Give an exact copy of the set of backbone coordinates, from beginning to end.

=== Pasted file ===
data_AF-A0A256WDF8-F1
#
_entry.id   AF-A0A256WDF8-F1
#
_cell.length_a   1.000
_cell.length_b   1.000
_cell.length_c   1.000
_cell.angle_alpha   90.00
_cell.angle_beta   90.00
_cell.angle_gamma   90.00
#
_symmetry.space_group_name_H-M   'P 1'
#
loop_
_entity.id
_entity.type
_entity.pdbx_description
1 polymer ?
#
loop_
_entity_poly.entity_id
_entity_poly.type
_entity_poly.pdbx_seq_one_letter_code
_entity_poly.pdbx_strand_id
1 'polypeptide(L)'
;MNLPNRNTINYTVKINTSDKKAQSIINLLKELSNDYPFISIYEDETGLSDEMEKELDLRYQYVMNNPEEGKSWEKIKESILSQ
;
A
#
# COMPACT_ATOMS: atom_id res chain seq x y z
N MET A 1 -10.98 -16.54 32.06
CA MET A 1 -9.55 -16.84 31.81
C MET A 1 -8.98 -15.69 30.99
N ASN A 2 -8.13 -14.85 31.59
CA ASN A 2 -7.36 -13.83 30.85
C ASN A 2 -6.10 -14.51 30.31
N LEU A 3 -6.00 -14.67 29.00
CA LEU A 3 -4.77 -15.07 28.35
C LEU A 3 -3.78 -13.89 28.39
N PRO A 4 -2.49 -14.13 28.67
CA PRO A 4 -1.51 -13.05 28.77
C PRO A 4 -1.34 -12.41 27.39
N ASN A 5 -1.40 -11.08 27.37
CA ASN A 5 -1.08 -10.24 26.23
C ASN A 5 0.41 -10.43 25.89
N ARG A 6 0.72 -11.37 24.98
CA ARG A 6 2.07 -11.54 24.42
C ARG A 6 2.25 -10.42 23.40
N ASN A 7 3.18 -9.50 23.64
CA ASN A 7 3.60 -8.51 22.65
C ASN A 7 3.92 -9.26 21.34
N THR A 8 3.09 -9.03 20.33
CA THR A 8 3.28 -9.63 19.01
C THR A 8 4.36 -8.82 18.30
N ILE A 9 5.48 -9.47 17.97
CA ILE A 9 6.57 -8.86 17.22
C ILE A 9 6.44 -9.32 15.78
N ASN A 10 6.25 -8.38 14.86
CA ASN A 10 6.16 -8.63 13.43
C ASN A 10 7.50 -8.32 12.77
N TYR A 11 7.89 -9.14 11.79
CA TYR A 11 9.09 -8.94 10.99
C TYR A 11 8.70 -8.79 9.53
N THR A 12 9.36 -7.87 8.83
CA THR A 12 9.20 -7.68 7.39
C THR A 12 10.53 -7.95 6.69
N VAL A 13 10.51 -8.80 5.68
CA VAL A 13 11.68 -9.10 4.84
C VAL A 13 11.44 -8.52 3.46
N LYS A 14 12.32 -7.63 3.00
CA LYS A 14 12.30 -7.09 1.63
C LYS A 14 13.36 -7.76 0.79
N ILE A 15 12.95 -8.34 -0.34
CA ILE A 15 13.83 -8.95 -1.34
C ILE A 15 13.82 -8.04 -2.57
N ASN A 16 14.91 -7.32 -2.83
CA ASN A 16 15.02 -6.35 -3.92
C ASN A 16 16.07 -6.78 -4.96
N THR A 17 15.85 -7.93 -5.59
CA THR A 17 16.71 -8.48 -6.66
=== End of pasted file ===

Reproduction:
data_AF-A0A256WDF8-F1
#
_entry.id   AF-A0A256WDF8-F1
#
_cell.length_a   1.000
_cell.length_b   1.000
_cell.length_c   1.000
_cell.angle_alpha   90.00
_cell.angle_beta   90.00
_cell.angle_gamma   90.00
#
_symmetry.space_group_name_H-M   'P 1'
#
loop_
_entity.id
_entity.type
_entity.pdbx_description
1 polymer ?
#
loop_
_entity_poly.entity_id
_entity_poly.type
_entity_poly.pdbx_seq_one_letter_code
_entity_poly.pdbx_strand_id
1 'polypeptide(L)'
;MNLPNRNTINYTVKINTSDKKAQSIINLLKELSNDYPFISIYEDETGLSDEMEKELDLRYQYVMNNPEEGKSWEKIKESILSQ
;
A
#
# COMPACT_ATOMS: atom_id res chain seq x y z
N MET A 1 -10.98 -16.54 32.06
CA MET A 1 -9.55 -16.84 31.81
C MET A 1 -8.98 -15.69 30.99
N ASN A 2 -8.13 -14.85 31.59
CA ASN A 2 -7.36 -13.83 30.85
C ASN A 2 -6.10 -14.51 30.31
N LEU A 3 -6.00 -14.67 29.00
CA LEU A 3 -4.77 -15.07 28.35
C LEU A 3 -3.78 -13.89 28.39
N PRO A 4 -2.49 -14.13 28.67
CA PRO A 4 -1.51 -13.05 28.77
C PRO A 4 -1.34 -12.41 27.39
N ASN A 5 -1.40 -11.08 27.37
CA ASN A 5 -1.08 -10.24 26.23
C ASN A 5 0.41 -10.43 25.89
N ARG A 6 0.72 -11.37 24.98
CA ARG A 6 2.07 -11.54 24.42
C ARG A 6 2.25 -10.42 23.40
N ASN A 7 3.18 -9.50 23.64
CA ASN A 7 3.60 -8.51 22.65
C ASN A 7 3.92 -9.26 21.34
N THR A 8 3.09 -9.03 20.33
CA THR A 8 3.28 -9.63 19.01
C THR A 8 4.36 -8.82 18.30
N ILE A 9 5.48 -9.47 17.97
CA ILE A 9 6.57 -8.86 17.22
C ILE A 9 6.44 -9.32 15.78
N ASN A 10 6.25 -8.38 14.86
CA ASN A 10 6.16 -8.63 13.43
C ASN A 10 7.50 -8.32 12.77
N TYR A 11 7.89 -9.14 11.79
CA TYR A 11 9.09 -8.94 10.99
C TYR A 11 8.70 -8.79 9.53
N THR A 12 9.36 -7.87 8.83
CA THR A 12 9.20 -7.68 7.39
C THR A 12 10.53 -7.95 6.69
N VAL A 13 10.51 -8.80 5.68
CA VAL A 13 11.68 -9.10 4.84
C VAL A 13 11.44 -8.52 3.46
N LYS A 14 12.32 -7.63 3.00
CA LYS A 14 12.30 -7.09 1.63
C LYS A 14 13.36 -7.76 0.79
N ILE A 15 12.95 -8.34 -0.34
CA ILE A 15 13.83 -8.95 -1.34
C ILE A 15 13.82 -8.04 -2.57
N ASN A 16 14.91 -7.32 -2.83
CA ASN A 16 15.02 -6.35 -3.92
C ASN A 16 16.07 -6.78 -4.96
N THR A 17 15.85 -7.93 -5.59
CA THR A 17 16.71 -8.48 -6.66